Thursday, June 28, 2012

Coconut Cake

In case you missed it this week, this is actually my second posting.  Wow!  How did I manage that?  So if you missed Monday's monologue, I invite you to take a peek.  Now,...   Happy Thursday!  The cake below is the one I created for my daughter's eleventh birthday, and it inspired today's post.  Bon Apetit!

Canned pineapple?  Never!  It doesn't even pretend to taste like the juicy pine-coneish fruit I buy in the produce section.  Margarine?  H*** nooo!  Butter tastes so much better.  Artificial sweetners?  I prefer good old-fashioned sugar every time.  But this week I discovered that Mother Nature may need a little help sometimes.

Backing up to last summer, I purchased a cooking magazine at the airport before boarding a plane. Now, I realize that drooling over recipes while confined to a tin can suspended in mid-air, knowing that peanuts have been eliminated due to a fear of airborne anaphylaxic shock and pretzels lost out to the financial bottom line is not indicative of a well-balanced woman.  But, I like my food magazines.  So, back to that magazine.  The cover featured this beautiful cake, even the gentleman next to me commented on it.  (Granted he was probably ready to gnaw off his own arm, just like me.)  I promised myself, I would make that cake!

Fast forward to a year later and my daughter- a budding foodie in her own rights- is celebrating her eleventh birthday.  For the past month she has been badgering me to buy a coconut, a real coconut.  I see an opportunity to grant her wish and make a dessert that my husband and son will not like.  After all, the other party guests will enjoy it.  And here is where the adventure begins!

I buy the coconut.  I read the instructions for "milking" a coconut.  I wash a screwdriver in soapy water and drive it through the three eyes in the coconut.  I turn the coconut upside down over a bowl and the eyes begin to weep, yep real tears of coconut water.  Tears, drops, streaks.  If this sounds promising, let me assure you that it is not.  I wiggle the coconut, and yes there appears to be liquid inside.  According to the recipe my coconut should yield 1 cup of water.  I make new holes next to the old holes and try to enlarge them.  And still just droplets of coconut water drip out.  I shake, refer to my recipe, shake again, and then head to the pantry for canned coconut water.

Next step, obtaining coconut meat.  I preheat the oven and place the coconut in for half an hour.  (If you are taking notes, STOP.  Put your pen down and simply read the words of wisdom before you.)  Then I take it out and bang it against my solid surface counter-tops.  The instructions said to bang it on a solid surface, but apparently Corian is not solid enough.  My stone wall in the backyard works though.  Now that I have the coconut in two pieces, I use my knife to take out the meat of the coconut.  It comes out smoothly if somewhat unattractive.  Now the challenge.  How do I take this brown lump of white stuff and turn it into the snow white shavings pictured in the book?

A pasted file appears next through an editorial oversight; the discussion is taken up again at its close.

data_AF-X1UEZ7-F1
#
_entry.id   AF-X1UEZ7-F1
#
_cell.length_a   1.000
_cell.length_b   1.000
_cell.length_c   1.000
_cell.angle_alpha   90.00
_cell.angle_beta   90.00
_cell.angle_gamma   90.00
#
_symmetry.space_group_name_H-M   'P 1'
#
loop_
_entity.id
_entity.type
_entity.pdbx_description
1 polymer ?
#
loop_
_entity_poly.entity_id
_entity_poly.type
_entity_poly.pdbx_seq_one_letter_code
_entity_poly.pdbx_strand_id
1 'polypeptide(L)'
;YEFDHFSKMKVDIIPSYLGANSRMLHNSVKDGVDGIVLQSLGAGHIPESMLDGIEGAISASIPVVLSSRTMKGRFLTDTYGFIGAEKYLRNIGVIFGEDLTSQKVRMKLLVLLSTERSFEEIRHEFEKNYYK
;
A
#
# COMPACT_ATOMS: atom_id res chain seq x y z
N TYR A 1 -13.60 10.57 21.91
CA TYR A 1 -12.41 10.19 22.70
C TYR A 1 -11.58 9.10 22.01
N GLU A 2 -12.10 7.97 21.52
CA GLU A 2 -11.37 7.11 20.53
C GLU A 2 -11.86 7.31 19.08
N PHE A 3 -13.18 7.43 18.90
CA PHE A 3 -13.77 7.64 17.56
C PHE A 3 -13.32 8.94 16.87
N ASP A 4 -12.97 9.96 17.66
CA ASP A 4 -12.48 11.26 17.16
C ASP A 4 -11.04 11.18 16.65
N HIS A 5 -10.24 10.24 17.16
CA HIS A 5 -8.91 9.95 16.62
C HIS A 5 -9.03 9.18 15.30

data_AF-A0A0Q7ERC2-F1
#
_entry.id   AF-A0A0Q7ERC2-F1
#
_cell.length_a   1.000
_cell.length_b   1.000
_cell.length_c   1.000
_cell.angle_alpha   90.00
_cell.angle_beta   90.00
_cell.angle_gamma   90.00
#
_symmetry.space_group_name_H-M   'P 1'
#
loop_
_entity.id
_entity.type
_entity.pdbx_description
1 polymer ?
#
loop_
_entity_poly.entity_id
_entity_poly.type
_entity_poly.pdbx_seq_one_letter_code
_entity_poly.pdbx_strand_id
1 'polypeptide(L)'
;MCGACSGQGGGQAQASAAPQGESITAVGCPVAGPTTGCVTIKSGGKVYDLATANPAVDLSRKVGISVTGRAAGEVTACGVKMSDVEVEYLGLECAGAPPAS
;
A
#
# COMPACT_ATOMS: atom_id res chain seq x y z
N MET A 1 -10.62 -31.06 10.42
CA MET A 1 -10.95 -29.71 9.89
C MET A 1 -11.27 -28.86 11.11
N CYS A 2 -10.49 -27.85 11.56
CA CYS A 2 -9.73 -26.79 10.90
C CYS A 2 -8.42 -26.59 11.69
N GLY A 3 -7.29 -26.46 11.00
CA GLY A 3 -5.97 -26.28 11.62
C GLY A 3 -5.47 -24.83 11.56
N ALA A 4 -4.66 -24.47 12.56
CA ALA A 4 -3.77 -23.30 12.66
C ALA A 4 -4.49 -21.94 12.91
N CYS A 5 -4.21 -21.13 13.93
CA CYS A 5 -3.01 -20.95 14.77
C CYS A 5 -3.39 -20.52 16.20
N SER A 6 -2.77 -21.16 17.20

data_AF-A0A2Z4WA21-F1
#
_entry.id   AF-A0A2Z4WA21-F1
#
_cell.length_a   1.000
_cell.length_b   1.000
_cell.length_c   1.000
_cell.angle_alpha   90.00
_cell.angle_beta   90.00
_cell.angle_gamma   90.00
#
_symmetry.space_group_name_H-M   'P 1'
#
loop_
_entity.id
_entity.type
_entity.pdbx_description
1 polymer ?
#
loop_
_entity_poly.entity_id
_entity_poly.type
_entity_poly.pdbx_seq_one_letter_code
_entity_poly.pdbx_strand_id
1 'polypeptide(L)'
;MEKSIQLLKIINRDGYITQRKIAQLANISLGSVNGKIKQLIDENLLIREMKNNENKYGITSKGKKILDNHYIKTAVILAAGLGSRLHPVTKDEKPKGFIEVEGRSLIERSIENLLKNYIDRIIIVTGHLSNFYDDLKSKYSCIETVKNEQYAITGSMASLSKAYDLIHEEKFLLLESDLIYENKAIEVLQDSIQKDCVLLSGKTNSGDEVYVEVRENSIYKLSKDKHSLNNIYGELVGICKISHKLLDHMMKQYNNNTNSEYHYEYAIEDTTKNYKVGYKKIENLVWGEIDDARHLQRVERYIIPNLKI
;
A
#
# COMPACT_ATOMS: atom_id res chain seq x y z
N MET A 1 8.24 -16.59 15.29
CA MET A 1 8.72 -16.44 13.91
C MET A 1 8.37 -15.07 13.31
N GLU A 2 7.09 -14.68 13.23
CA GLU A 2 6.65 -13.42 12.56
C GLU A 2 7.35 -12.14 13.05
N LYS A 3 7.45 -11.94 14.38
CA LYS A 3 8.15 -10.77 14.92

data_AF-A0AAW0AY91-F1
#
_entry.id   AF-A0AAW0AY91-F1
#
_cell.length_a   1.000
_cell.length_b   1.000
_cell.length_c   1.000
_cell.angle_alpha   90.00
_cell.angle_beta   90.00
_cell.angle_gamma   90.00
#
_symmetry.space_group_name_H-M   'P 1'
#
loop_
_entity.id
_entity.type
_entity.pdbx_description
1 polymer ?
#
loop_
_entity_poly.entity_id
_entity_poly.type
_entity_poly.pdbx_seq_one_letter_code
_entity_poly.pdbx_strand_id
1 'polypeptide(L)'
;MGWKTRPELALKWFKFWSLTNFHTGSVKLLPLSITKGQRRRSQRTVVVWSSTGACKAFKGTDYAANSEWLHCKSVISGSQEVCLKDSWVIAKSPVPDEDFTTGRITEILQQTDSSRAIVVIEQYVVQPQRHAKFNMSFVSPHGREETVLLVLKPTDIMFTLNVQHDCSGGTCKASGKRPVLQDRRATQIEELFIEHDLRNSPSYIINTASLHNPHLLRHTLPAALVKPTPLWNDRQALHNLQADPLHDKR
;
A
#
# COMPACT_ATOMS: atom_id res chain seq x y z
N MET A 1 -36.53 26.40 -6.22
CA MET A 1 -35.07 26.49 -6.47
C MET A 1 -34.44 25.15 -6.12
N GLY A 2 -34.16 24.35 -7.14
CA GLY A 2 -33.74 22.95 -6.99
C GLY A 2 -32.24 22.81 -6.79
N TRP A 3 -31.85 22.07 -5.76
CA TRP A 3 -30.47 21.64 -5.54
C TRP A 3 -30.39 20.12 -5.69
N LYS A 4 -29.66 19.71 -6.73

At this point my coconut looks like a potato that had been peeled and then left out in the air.  You know the dingy brown color to which I refer.  And there are no specific instructions on how to shave it.  First I try a box grater then realize- "DUH!"  I don't want it grated, I want it shaved.  I spend the next TWO HOURS using my 10" Santoku knife to cut thin shavings of coconut.  (I might have nicked a finger or two in the process- but no blood no foul!)

The cake contained 6 beaten egg whites folded in and a topping of Italian Meringue.

A week later I threw half of the cake away.  Yes, I just admitted to throwing away 1/2 of that BEAUTIFUL waste of time.  There is a silver lining.  Since the cake was awful and we discovered that fresh coconut tastes as though you are licking the Coppertone right off your forearm, I will NEVER purchase and prepare a fresh coconut again.  Give me the desicated, sugar coated, Easter- grass-wannabe shredded stuff they pass off as coconut.  Sometimes Mother Nature needs a little help!

Monday, June 25, 2012

From the debris...

 Well, THAT was embarrassing!  Like coming out of the women's room with your skirt tucked into your underwear while you glide across the restaurant floor to your table.  Well, maybe not quite that bad.  But I shared my messy art space and the only comment made was that my art table compels readers to clean!  Glad I could be of help.

Maybe only one person read it....

My space is MUCH cleaner today. My family can breathe a sigh of relief.

Birthing a new artistic creation is a messy process- just like birthing a baby.  But at the end, it's all worth it.  I want to share what I made from that cosmic disaster.